Once home and able to observe the lesson firsthand, and all of their mutual frustration about how she was repeatedly skipping steps leading to the wrong solution, a thought struck me. I remembered teaching her to tie her shoes. She refused to wear the kind with Velcro straps or buckles and insisted on laces because she was “a big girl.”  We both repeatedly and with loving care taught her over and over again how to hold the laces in her stubby fingers using sing-songs and cute anecdotes to form a bow. This recalcitrant teenager had once been that precious, little, angel child. This  obstinate father, had once been the guy who spent hours teaching her the simplest of life’s tasks with joy.

Algebra was her new set of velcro-less shoes and without the shiny buckles. With all her strength of spirit, independence, appearance, intelligence, and confidence, we had forgotten in some ways, she is still a little person. Her fingers are less stubby and instead of stickers and marker smears, they are now adorned by metallic blue nail polish.

I reminded her dad that just as he did so gingerly with her five year-old version, he needed to tenderly teach the fifteen year-old version how to tie her laces using equations and polynomials.

Although the years have truly passed so quickly, we somehow lost sight of the  patience we once had with her. No doubt part of this is her constant reminder to us that she’s “a big girl.” I can only imagine that there will be many more of these tutoring lessons as life goes by. In the future, hopefully when she doesn’t tie the laces tight enough and they come untied, or when she ties them without thinking and they end up in knots, we will remember our roles. Then proceed with tolerance, love and probably a few concentrated breathing techniques until her laces form well tied bows.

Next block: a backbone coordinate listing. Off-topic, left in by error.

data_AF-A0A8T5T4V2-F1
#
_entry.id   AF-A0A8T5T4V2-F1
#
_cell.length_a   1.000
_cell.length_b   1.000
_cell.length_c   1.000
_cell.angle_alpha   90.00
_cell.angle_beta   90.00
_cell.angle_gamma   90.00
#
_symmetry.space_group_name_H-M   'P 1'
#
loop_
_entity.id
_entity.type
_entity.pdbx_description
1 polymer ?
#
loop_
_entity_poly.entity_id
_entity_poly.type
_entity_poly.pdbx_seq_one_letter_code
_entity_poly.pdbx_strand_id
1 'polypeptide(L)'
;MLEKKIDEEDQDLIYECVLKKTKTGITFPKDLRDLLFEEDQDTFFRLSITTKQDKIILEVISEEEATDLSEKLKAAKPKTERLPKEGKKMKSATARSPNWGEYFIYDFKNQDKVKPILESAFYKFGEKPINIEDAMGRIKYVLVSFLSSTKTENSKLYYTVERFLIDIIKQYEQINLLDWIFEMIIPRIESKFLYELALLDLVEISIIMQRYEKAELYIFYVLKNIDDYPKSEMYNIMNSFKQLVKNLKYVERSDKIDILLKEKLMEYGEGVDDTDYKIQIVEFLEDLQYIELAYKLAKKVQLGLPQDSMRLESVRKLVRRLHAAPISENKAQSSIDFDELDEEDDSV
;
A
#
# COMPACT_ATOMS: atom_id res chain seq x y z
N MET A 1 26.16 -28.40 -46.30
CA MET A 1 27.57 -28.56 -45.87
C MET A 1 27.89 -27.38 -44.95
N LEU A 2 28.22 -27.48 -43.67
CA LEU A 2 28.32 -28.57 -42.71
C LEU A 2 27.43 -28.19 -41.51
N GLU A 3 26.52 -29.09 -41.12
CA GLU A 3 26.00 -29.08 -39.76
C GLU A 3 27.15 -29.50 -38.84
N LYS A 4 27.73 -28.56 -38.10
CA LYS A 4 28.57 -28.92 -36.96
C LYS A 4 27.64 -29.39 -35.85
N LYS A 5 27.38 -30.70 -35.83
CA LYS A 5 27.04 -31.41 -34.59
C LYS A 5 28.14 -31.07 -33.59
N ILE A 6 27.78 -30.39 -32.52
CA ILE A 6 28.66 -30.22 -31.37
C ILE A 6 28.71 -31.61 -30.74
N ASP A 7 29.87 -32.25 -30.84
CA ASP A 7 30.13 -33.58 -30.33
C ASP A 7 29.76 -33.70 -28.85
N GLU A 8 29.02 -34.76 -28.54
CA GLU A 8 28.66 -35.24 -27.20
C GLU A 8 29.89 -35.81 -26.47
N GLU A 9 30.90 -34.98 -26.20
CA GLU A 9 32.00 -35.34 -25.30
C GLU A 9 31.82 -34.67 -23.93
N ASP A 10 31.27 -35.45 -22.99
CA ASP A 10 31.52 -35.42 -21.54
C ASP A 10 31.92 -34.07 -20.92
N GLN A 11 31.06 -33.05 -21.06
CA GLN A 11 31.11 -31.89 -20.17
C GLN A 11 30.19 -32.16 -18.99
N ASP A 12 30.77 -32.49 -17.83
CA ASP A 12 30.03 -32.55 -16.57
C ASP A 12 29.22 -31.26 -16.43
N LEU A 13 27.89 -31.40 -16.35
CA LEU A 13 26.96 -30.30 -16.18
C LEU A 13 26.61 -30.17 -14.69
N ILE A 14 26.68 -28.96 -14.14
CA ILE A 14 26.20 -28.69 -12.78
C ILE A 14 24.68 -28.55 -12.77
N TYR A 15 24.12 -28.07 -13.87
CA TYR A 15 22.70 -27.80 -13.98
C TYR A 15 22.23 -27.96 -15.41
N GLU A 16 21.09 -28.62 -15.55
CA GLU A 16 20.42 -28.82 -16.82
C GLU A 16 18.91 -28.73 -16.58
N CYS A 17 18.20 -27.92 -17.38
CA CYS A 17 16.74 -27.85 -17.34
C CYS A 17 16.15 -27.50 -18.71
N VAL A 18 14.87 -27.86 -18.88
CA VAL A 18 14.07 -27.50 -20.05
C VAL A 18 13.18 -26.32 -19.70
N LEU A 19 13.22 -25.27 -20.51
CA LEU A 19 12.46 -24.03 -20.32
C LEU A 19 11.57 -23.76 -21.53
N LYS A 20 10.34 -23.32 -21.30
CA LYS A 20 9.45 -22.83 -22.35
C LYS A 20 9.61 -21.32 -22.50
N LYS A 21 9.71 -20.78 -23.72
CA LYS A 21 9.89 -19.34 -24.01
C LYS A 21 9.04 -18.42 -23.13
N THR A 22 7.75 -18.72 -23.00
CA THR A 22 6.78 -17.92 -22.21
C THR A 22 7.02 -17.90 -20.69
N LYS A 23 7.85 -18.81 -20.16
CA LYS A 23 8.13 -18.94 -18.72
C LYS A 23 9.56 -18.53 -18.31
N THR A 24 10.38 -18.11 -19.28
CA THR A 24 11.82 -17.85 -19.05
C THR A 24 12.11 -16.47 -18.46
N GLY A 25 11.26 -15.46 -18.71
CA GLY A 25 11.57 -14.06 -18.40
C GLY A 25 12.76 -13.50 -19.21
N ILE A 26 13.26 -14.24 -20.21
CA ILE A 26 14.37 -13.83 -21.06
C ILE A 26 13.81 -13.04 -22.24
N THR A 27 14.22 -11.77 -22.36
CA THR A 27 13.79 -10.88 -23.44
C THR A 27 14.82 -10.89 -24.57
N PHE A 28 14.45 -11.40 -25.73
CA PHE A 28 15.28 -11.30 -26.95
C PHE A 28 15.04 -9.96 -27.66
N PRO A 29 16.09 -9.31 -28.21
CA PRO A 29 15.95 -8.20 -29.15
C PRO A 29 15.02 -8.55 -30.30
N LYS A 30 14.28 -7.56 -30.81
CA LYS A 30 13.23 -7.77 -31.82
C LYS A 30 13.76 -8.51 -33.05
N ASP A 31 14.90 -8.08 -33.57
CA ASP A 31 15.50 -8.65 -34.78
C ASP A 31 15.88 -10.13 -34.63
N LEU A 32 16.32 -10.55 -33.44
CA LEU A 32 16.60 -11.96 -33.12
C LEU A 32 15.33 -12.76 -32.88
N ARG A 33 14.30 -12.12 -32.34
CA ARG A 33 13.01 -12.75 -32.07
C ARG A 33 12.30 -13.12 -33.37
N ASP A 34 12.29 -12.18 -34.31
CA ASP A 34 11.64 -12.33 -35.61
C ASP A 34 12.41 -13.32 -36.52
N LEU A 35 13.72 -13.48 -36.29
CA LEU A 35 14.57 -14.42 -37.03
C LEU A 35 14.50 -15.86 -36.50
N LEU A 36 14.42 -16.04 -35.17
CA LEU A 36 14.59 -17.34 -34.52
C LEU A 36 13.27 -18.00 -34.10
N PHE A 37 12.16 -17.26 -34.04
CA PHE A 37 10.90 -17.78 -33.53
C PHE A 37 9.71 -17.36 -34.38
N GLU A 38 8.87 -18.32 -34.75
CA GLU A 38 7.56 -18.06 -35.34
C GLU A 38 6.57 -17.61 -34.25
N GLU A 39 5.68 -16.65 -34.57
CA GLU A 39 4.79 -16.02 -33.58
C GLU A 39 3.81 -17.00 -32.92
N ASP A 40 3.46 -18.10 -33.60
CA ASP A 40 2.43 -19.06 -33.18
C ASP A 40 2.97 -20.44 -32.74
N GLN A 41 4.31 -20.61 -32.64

Stronger Than

The ebb and flow of life’s many tides

May at times push you down or aside.

While often difficult to catch a breath,

Lessons can be learned when under the depths.


Although, easy to give in and simply float,

Would life, then, be anything worth taking note?

Let honesty be your eyes and love your truth,

This is what separates a man from his youth.


Remember, going along with the current, 

Is not always what is best for the spirit.

When you reach the shore, exhausted and tried,

Rejoice that you were stronger than the tide.

To Every Thing There is a Season